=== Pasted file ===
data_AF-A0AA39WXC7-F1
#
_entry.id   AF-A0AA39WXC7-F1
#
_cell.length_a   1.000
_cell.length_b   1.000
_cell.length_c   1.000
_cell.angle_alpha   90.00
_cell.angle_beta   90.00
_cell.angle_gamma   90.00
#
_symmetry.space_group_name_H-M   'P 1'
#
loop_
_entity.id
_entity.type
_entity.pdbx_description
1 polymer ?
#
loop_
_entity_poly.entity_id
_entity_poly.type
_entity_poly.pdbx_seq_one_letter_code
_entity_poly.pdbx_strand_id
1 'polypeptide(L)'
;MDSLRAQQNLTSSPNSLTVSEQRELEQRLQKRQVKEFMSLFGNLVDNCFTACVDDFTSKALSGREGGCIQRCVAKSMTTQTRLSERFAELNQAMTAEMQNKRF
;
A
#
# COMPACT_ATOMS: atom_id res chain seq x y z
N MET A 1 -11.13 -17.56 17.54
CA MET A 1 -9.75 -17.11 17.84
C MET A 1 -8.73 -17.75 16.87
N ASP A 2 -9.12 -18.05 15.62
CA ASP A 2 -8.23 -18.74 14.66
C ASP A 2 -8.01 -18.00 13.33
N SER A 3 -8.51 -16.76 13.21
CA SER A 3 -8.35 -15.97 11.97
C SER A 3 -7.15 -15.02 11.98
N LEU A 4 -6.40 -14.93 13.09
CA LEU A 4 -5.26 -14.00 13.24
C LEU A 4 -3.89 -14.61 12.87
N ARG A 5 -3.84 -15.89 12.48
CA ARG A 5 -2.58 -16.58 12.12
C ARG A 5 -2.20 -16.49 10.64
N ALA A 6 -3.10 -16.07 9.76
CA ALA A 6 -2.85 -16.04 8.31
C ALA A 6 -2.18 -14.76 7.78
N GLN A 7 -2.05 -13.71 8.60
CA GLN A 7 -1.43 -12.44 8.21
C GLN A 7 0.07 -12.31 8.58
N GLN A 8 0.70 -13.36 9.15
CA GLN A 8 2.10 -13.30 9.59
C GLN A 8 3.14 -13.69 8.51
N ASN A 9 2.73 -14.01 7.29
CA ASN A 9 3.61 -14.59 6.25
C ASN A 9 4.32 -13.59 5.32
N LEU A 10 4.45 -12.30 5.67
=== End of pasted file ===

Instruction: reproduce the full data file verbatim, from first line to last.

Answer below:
data_AF-A0AA39WXC7-F1
#
_entry.id   AF-A0AA39WXC7-F1
#
_cell.length_a   1.000
_cell.length_b   1.000
_cell.length_c   1.000
_cell.angle_alpha   90.00
_cell.angle_beta   90.00
_cell.angle_gamma   90.00
#
_symmetry.space_group_name_H-M   'P 1'
#
loop_
_entity.id
_entity.type
_entity.pdbx_description
1 polymer ?
#
loop_
_entity_poly.entity_id
_entity_poly.type
_entity_poly.pdbx_seq_one_letter_code
_entity_poly.pdbx_strand_id
1 'polypeptide(L)'
;MDSLRAQQNLTSSPNSLTVSEQRELEQRLQKRQVKEFMSLFGNLVDNCFTACVDDFTSKALSGREGGCIQRCVAKSMTTQTRLSERFAELNQAMTAEMQNKRF
;
A
#
# COMPACT_ATOMS: atom_id res chain seq x y z
N MET A 1 -11.13 -17.56 17.54
CA MET A 1 -9.75 -17.11 17.84
C MET A 1 -8.73 -17.75 16.87
N ASP A 2 -9.12 -18.05 15.62
CA ASP A 2 -8.23 -18.74 14.66
C ASP A 2 -8.01 -18.00 13.33
N SER A 3 -8.51 -16.76 13.21
CA SER A 3 -8.35 -15.97 11.97
C SER A 3 -7.15 -15.02 11.98
N LEU A 4 -6.40 -14.93 13.09
CA LEU A 4 -5.26 -14.00 13.24
C LEU A 4 -3.89 -14.61 12.87
N ARG A 5 -3.84 -15.89 12.48
CA ARG A 5 -2.58 -16.58 12.12
C ARG A 5 -2.20 -16.49 10.64
N ALA A 6 -3.10 -16.07 9.76
CA ALA A 6 -2.85 -16.04 8.31
C ALA A 6 -2.18 -14.76 7.78
N GLN A 7 -2.05 -13.71 8.60
CA GLN A 7 -1.43 -12.44 8.21
C GLN A 7 0.07 -12.31 8.58
N GLN A 8 0.70 -13.36 9.15
CA GLN A 8 2.10 -13.30 9.59
C GLN A 8 3.14 -13.69 8.51
N ASN A 9 2.73 -14.01 7.29
CA ASN A 9 3.61 -14.59 6.25
C ASN A 9 4.32 -13.59 5.32
N LEU A 10 4.45 -12.30 5.67